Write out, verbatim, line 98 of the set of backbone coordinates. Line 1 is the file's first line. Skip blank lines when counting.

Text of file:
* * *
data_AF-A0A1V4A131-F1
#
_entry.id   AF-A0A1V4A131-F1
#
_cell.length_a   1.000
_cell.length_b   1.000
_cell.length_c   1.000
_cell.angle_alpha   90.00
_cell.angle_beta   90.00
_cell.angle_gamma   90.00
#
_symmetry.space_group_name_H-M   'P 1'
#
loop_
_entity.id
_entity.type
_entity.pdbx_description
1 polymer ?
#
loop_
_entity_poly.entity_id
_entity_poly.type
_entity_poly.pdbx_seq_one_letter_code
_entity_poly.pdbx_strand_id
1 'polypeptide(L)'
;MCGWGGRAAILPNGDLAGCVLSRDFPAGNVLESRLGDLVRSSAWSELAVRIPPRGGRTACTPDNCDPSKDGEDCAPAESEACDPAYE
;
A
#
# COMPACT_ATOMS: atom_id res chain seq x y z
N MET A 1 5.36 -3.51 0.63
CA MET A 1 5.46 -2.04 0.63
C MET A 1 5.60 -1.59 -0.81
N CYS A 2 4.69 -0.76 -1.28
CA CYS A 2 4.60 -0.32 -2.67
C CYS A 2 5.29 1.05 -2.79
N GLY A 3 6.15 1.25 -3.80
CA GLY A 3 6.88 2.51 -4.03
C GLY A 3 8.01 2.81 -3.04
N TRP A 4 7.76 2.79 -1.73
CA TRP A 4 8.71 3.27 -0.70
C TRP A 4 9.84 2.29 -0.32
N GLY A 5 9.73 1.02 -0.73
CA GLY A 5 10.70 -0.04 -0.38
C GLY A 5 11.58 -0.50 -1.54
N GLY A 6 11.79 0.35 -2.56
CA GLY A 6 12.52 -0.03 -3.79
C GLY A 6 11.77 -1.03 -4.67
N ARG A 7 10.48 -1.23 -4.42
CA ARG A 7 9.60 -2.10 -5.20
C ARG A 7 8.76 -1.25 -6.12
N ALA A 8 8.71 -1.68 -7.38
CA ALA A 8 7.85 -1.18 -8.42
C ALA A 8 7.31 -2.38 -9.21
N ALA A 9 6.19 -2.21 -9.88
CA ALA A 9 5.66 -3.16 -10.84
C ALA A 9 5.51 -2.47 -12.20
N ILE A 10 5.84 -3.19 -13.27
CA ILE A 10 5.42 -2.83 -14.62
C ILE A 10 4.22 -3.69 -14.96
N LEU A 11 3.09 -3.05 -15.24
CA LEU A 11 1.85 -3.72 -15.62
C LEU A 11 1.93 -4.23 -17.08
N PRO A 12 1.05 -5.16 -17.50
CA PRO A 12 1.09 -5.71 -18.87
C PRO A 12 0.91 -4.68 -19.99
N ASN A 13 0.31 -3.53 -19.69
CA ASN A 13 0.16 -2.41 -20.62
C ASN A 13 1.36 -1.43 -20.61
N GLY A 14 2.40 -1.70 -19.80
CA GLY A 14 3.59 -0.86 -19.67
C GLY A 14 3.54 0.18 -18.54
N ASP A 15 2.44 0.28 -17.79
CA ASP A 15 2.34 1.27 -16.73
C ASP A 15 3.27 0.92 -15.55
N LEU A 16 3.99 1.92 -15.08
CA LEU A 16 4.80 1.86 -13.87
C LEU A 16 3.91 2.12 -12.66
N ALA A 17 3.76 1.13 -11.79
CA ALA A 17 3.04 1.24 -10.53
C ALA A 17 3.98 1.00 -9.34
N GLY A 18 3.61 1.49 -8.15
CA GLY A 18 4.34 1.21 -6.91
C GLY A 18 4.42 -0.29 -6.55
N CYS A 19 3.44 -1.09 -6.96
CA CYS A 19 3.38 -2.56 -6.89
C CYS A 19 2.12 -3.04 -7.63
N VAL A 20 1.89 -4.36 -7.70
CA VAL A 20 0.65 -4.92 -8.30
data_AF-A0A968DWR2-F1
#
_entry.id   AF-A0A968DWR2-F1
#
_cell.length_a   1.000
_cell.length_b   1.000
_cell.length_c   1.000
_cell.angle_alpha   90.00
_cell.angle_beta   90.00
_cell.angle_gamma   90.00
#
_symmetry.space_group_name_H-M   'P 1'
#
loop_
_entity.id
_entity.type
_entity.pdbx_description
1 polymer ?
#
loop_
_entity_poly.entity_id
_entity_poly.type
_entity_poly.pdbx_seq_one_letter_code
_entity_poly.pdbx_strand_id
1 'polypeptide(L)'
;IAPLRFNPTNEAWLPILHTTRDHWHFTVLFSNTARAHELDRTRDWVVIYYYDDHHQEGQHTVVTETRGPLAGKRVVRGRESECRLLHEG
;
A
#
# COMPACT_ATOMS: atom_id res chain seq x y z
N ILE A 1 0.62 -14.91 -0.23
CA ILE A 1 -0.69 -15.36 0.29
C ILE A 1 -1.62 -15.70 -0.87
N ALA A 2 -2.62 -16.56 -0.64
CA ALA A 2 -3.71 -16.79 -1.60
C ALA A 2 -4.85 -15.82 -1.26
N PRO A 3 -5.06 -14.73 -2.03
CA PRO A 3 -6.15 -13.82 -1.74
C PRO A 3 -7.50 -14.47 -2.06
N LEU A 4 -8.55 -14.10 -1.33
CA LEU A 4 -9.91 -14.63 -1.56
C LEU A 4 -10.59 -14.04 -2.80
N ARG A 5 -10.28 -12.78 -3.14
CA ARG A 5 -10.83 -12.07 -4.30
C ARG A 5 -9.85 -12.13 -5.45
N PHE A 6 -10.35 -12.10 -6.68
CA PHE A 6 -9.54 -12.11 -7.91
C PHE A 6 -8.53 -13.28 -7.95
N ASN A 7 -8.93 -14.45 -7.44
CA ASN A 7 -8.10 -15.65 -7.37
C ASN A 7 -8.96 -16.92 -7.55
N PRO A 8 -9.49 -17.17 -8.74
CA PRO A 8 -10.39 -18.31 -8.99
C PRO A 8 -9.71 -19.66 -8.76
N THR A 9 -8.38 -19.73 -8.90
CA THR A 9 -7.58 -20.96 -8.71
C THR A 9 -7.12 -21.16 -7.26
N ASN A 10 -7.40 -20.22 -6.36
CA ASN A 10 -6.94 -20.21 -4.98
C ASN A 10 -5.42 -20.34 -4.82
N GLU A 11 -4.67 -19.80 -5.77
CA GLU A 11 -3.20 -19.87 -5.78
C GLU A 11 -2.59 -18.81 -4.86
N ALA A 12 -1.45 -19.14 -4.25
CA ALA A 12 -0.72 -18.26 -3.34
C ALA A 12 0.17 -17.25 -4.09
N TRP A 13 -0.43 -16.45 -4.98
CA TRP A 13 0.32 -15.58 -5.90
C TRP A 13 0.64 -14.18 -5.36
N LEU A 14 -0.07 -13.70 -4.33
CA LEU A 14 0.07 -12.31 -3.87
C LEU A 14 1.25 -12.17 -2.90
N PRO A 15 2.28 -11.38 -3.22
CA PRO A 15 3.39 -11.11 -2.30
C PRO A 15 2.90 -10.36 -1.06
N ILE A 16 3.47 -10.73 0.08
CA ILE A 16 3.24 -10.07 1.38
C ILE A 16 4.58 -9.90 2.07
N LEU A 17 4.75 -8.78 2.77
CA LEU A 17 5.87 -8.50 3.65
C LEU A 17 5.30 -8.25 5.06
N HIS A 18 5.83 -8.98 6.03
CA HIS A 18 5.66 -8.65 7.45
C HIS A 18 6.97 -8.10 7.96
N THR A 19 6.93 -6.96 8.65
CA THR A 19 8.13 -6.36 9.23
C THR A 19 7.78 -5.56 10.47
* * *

_cell.angle_beta   90.00